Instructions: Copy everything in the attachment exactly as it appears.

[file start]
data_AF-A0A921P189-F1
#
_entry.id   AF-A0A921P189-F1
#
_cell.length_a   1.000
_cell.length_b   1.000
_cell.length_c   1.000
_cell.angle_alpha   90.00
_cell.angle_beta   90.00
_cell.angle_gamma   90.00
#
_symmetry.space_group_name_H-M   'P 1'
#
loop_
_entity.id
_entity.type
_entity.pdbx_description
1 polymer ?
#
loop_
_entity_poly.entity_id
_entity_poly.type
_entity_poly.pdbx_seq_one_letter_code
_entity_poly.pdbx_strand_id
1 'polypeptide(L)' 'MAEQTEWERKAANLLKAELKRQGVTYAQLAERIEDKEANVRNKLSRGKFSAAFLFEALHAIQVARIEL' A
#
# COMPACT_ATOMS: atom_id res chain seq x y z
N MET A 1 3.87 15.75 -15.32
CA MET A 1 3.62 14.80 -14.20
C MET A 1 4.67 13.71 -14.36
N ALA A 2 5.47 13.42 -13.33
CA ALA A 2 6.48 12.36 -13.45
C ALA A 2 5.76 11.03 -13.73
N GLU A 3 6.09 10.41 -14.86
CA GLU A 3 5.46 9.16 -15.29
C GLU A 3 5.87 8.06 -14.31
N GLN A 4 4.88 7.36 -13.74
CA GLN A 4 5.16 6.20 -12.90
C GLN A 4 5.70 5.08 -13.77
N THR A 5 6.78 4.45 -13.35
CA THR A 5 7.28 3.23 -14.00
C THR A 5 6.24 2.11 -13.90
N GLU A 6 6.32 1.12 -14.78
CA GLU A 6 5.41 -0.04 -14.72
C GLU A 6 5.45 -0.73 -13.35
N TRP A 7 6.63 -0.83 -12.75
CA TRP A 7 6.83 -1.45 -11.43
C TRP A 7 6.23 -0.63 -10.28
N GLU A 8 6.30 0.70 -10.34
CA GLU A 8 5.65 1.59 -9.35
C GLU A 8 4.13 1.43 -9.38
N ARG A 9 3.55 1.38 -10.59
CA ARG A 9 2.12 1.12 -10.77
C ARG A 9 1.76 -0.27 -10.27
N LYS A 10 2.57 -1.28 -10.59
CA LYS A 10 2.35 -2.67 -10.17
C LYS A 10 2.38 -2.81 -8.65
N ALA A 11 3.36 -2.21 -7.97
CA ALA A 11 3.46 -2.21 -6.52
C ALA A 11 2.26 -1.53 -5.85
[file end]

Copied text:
data_AF-A0A921P189-F1
#
_entry.id   AF-A0A921P189-F1
#
_cell.length_a   1.000
_cell.length_b   1.000
_cell.length_c   1.000
_cell.angle_alpha   90.00
_cell.angle_beta   90.00
_cell.angle_gamma   90.00
#
_symmetry.space_group_name_H-M   'P 1'
#
loop_
_entity.id
_entity.type
_entity.pdbx_description
1 polymer ?
#
loop_
_entity_poly.entity_id
_entity_poly.type
_entity_poly.pdbx_seq_one_letter_code
_entity_poly.pdbx_strand_id
1 'polypeptide(L)' 'MAEQTEWERKAANLLKAELKRQGVTYAQLAERIEDKEANVRNKLSRGKFSAAFLFEALHAIQVARIEL' A
#
# COMPACT_ATOMS: atom_id res chain seq x y z
N MET A 1 3.87 15.75 -15.32
CA MET A 1 3.62 14.80 -14.20
C MET A 1 4.67 13.71 -14.36
N ALA A 2 5.47 13.42 -13.33
CA ALA A 2 6.48 12.36 -13.45
C ALA A 2 5.76 11.03 -13.73
N GLU A 3 6.09 10.41 -14.86
CA GLU A 3 5.46 9.16 -15.29
C GLU A 3 5.87 8.06 -14.31
N GLN A 4 4.88 7.36 -13.74
CA GLN A 4 5.16 6.20 -12.90
C GLN A 4 5.70 5.08 -13.77
N THR A 5 6.78 4.45 -13.35
CA THR A 5 7.28 3.23 -14.00
C THR A 5 6.24 2.11 -13.90
N GLU A 6 6.32 1.12 -14.78
CA GLU A 6 5.41 -0.04 -14.72
C GLU A 6 5.45 -0.73 -13.35
N TRP A 7 6.63 -0.83 -12.75
CA TRP A 7 6.83 -1.45 -11.43
C TRP A 7 6.23 -0.63 -10.28
N GLU A 8 6.30 0.70 -10.34
CA GLU A 8 5.65 1.59 -9.35
C GLU A 8 4.13 1.43 -9.38
N ARG A 9 3.55 1.38 -10.59
CA ARG A 9 2.12 1.12 -10.77
C ARG A 9 1.76 -0.27 -10.27
N LYS A 10 2.57 -1.28 -10.59
CA LYS A 10 2.35 -2.67 -10.17
C LYS A 10 2.38 -2.81 -8.65
N ALA A 11 3.36 -2.21 -7.97
CA ALA A 11 3.46 -2.21 -6.52
C ALA A 11 2.26 -1.53 -5.85